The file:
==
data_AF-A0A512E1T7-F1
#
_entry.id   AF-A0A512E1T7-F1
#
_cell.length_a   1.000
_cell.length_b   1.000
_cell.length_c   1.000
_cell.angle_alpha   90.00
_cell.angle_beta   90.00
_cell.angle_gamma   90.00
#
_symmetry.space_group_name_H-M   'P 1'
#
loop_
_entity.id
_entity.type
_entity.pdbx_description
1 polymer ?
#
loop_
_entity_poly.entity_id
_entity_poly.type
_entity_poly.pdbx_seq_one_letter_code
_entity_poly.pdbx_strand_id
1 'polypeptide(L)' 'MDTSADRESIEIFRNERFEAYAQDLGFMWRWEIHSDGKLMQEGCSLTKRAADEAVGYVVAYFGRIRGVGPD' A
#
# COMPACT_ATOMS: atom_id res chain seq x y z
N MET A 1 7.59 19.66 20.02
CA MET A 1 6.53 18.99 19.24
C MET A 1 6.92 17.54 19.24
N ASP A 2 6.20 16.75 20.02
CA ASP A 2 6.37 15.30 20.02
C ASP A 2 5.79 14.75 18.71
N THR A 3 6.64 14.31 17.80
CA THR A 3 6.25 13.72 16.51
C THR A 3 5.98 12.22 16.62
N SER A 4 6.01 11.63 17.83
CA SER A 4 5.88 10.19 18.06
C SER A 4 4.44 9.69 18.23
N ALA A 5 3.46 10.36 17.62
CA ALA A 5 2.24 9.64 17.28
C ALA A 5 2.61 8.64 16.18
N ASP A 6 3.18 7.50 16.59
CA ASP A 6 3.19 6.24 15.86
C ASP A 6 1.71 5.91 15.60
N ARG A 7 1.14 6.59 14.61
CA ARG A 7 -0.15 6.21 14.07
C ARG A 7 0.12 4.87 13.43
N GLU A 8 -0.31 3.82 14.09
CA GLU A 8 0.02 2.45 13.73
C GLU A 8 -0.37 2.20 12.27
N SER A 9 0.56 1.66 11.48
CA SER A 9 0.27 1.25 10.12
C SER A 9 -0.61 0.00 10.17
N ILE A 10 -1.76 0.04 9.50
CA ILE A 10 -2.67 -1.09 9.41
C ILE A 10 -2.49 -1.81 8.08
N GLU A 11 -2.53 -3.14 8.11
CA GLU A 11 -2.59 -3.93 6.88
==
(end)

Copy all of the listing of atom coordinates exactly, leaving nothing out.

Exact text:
data_AF-A0A512E1T7-F1
#
_entry.id   AF-A0A512E1T7-F1
#
_cell.length_a   1.000
_cell.length_b   1.000
_cell.length_c   1.000
_cell.angle_alpha   90.00
_cell.angle_beta   90.00
_cell.angle_gamma   90.00
#
_symmetry.space_group_name_H-M   'P 1'
#
loop_
_entity.id
_entity.type
_entity.pdbx_description
1 polymer ?
#
loop_
_entity_poly.entity_id
_entity_poly.type
_entity_poly.pdbx_seq_one_letter_code
_entity_poly.pdbx_strand_id
1 'polypeptide(L)' 'MDTSADRESIEIFRNERFEAYAQDLGFMWRWEIHSDGKLMQEGCSLTKRAADEAVGYVVAYFGRIRGVGPD' A
#
# COMPACT_ATOMS: atom_id res chain seq x y z
N MET A 1 7.59 19.66 20.02
CA MET A 1 6.53 18.99 19.24
C MET A 1 6.92 17.54 19.24
N ASP A 2 6.20 16.75 20.02
CA ASP A 2 6.37 15.30 20.02
C ASP A 2 5.79 14.75 18.71
N THR A 3 6.64 14.31 17.80
CA THR A 3 6.25 13.72 16.51
C THR A 3 5.98 12.22 16.62
N SER A 4 6.01 11.63 17.83
CA SER A 4 5.88 10.19 18.06
C SER A 4 4.44 9.69 18.23
N ALA A 5 3.46 10.36 17.62
CA ALA A 5 2.24 9.64 17.28
C ALA A 5 2.61 8.64 16.18
N ASP A 6 3.18 7.50 16.59
CA ASP A 6 3.19 6.24 15.86
C ASP A 6 1.71 5.91 15.60
N ARG A 7 1.14 6.59 14.61
CA ARG A 7 -0.15 6.21 14.07
C ARG A 7 0.12 4.87 13.43
N GLU A 8 -0.31 3.82 14.09
CA GLU A 8 0.02 2.45 13.73
C GLU A 8 -0.37 2.20 12.27
N SER A 9 0.56 1.66 11.48
CA SER A 9 0.27 1.25 10.12
C SER A 9 -0.61 0.00 10.17
N ILE A 10 -1.76 0.04 9.50
CA ILE A 10 -2.67 -1.09 9.41
C ILE A 10 -2.49 -1.81 8.08
N GLU A 11 -2.53 -3.14 8.11
CA GLU A 11 -2.59 -3.93 6.88